2. Issuance of Show Cause Notice (SCN) and hearing before Disciplinary Committee (DC)

2.1. The Board, in exercise of its powers under section 218 of the Code read with the IBBI Inspection Regulations, appointed an Inspecting Authority (IA) to conduct the inspection vide order dated 12.10.2020. The IA under sub-regulation (1) of Regulation 6 of the Inspection Regulations shared the Draft Inspection Report (DIR) with Mr. Savan Godiawala vide email dated 11.11.2021, to which Mr. Savan Godiawala submitted reply vide email dated 23.12.2021. The IA submitted the Inspection Report to the Board on 07.04.2022.

2.2. Based on the material available on record including the Inspection Report, the Board issued SCN to Mr. Savan Godiawala on 13.06.2022. The SCN alleged contravention of Section 34(8), 208(2)(a) and 208(2)(e) of the Code, Regulation 35A of CIRP Regulations, Regulation 7(2)(a) and 7(2)(h) of IP Regulations read with Clause 1, 2, 3, 10, 14 and 25 of Code of Conduct as specified under IP Regulations. Mr. Savan Godiawala replied to the SCN vide email dated 04.07.2022.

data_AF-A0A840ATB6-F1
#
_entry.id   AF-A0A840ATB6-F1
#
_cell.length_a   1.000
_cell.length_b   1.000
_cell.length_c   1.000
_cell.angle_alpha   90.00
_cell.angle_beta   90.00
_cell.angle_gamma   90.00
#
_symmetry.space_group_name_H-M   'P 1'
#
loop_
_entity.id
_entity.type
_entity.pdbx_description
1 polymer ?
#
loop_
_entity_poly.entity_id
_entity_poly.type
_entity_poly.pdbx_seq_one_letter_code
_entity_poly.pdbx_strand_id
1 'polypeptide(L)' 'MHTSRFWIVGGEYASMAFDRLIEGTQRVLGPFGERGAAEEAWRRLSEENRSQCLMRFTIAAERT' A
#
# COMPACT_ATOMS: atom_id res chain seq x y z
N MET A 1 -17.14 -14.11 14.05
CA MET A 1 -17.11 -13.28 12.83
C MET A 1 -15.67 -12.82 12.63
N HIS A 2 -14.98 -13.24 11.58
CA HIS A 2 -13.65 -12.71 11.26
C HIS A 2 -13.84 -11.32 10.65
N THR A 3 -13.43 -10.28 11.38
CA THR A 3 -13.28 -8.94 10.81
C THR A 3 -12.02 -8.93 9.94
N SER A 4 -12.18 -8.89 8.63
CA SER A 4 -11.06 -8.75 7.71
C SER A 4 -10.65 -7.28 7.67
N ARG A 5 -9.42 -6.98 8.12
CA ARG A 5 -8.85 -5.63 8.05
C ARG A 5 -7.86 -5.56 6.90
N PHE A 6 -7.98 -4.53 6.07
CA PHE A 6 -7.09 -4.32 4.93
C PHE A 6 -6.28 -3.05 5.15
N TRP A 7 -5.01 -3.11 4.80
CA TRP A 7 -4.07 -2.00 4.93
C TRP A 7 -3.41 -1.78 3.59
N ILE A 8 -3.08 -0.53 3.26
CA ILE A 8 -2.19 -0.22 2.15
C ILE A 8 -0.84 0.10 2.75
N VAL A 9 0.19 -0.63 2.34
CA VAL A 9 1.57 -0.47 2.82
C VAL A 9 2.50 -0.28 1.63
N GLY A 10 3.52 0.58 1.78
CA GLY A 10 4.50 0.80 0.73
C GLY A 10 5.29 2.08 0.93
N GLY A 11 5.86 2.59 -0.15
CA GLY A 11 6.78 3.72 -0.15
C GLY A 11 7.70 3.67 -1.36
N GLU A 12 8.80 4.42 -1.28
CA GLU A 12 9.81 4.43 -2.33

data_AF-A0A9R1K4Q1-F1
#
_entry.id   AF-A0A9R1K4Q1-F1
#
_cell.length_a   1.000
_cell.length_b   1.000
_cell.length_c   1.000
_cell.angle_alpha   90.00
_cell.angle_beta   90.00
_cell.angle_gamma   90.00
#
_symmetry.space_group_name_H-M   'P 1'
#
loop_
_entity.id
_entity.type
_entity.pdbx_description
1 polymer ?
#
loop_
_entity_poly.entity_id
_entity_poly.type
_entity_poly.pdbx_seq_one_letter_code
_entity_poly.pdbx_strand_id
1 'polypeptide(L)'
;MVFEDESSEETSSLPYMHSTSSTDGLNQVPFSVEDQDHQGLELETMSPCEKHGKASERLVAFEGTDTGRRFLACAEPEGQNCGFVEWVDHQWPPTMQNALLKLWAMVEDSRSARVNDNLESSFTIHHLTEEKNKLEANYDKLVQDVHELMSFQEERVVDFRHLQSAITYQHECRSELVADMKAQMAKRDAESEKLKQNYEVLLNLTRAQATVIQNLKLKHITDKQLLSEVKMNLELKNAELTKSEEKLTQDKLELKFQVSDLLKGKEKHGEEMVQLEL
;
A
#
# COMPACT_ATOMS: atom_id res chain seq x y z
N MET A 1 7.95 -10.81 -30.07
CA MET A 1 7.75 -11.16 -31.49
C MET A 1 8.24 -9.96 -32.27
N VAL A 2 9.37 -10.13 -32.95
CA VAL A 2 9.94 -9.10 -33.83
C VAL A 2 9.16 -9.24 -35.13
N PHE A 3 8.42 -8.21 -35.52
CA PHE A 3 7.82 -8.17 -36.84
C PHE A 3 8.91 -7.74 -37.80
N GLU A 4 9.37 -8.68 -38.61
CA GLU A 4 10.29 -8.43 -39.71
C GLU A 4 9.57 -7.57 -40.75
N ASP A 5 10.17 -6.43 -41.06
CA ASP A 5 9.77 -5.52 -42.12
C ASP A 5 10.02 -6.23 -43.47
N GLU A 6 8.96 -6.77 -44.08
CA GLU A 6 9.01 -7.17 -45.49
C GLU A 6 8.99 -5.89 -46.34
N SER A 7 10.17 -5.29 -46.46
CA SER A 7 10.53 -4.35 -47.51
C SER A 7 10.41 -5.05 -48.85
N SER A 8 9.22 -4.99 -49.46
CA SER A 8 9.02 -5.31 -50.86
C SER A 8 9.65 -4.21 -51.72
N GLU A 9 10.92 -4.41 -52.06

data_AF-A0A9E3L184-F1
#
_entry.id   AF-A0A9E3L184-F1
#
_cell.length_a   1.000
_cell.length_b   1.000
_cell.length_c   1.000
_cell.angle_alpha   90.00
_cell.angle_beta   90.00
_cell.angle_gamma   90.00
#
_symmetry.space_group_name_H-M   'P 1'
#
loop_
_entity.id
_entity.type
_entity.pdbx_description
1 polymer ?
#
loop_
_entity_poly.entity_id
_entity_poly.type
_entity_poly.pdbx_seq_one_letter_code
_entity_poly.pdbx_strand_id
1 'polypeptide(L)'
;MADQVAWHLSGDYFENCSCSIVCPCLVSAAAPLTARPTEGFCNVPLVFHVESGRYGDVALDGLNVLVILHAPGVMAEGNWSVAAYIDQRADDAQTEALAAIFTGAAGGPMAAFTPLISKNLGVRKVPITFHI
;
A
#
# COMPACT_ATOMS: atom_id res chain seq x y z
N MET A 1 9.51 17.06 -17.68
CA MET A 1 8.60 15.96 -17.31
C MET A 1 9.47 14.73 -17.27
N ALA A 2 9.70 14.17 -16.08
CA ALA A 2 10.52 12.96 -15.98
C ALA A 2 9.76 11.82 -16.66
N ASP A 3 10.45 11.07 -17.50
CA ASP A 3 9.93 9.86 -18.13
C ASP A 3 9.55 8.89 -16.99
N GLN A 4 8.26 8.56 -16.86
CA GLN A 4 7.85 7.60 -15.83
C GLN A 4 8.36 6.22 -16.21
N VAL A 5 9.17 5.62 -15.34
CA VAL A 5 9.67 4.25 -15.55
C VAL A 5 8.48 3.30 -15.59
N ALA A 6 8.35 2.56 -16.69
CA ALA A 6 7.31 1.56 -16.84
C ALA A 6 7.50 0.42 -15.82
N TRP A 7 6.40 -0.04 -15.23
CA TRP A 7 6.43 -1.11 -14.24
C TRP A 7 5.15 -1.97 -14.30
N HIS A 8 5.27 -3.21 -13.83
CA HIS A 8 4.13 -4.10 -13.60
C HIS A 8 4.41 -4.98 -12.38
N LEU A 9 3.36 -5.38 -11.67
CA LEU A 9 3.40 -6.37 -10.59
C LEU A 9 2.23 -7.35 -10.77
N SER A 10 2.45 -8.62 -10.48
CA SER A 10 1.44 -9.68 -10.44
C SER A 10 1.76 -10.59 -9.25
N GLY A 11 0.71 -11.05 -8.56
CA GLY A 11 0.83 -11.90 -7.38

2.3. The Board referred the SCN, response of Mr. Savan Godiawala to the SCN and the material available on record, to the DC for disposal of the SCN in accordance with the Code and Regulations made thereunder. Mr. Savan Godiawala was given opportunity for personal hearing before DC which he availed and he attended the proceedings along with his advocates Mr. Abhinav Vasisht and Nastassia Khurana. on 03.08.2022 online.

3. Alleged contraventions and submissions of the IP

Contraventions alleged in the SCN and Mr. Savan Godiawala’s submissions thereof are summarized below:

In the matter of Lanco Infra Tech limited

3.1. Contravention with regard to withdrawal of excess remuneration as Liquidator’s fee:

3.1.1. It is observed that for the period from 27th February 2019 to 27th August, 2019, due to wrong calculation of liquidation fee, Mr. Savan Godiawala has drawn excess fee of Rs. 83,04,764/- (Rupees Eighty-three lakh four thousand seven hundred and sixty-four) in excess of the fees that was payable to him in accordance with the aforesaid Regulations.